Parents should not avoid taking their children out during bad weather to teach them how to handle these conditions.  It is probably one of the most difficult lessons to administer.  The reason is that parents feel very uncomfortable putting their children behind the wheel in these conditions.  This is only natural as your instinct wants to protect your children.

 However, eventually they will be driving in these conditions whether it is heavy rain, wet leaves, snow or ice.  It is better to prepare them for these conditions with a few lessons.

 The tough part of this training is that it has to be done on a moments notice.  Depending on when your teen receives their permit or license you may not see snow or ice for a year or more.  So as soon as the opportunity presents itself jump on it.  It will be a valuable lesson for your teen.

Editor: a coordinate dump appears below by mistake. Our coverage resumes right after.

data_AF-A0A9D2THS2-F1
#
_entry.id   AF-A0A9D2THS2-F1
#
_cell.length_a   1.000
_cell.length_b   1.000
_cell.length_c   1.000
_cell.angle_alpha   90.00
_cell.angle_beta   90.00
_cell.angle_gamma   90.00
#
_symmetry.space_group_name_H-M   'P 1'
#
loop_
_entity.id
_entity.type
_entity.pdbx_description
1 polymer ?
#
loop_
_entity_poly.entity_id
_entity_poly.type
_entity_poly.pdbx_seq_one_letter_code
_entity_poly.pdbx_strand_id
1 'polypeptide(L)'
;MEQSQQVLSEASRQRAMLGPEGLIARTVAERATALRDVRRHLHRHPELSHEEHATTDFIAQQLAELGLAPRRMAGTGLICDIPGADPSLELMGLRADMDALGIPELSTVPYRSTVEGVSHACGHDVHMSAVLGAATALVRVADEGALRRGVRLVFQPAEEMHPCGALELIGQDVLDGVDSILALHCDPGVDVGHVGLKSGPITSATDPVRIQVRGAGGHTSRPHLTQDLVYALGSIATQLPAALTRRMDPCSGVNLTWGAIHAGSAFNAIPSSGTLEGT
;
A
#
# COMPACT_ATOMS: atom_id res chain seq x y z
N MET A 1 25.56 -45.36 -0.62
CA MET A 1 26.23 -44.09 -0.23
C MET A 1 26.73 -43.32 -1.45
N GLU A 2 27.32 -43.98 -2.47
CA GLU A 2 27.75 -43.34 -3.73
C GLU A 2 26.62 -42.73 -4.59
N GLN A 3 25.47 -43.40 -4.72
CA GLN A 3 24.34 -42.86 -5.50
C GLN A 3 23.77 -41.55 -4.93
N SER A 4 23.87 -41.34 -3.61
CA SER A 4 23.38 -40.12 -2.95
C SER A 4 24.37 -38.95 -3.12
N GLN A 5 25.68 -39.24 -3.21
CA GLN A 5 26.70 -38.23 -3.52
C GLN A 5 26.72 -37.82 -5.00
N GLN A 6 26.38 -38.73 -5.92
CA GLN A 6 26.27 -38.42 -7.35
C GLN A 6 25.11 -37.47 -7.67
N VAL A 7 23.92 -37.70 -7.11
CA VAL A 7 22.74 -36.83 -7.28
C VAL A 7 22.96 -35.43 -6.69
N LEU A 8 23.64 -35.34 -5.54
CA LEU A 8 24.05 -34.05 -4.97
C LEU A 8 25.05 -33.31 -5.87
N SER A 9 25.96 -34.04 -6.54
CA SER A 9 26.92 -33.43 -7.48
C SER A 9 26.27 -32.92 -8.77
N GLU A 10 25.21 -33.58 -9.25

When starting this lesson go back and remember the first lesson you gave your teen.  It was probably in some remote area like a empty parking lot.  That is a great place to start this training.  Even though your teen may have been driving for a while they have not experience the effects of ice and snow on the car.

 Take them out into that empty parking lot where you have some room to maneuver.  Have them brake on the snow and ice.  Show them it takes more time to stop when sliding on ice and snow.  Explain to them the importance of putting more distance between their car and the car in front of them when it rains, snows or is icy on the roads. Keep practicing braking, turning and steering through the snow and ice.  Discuss what black ice is.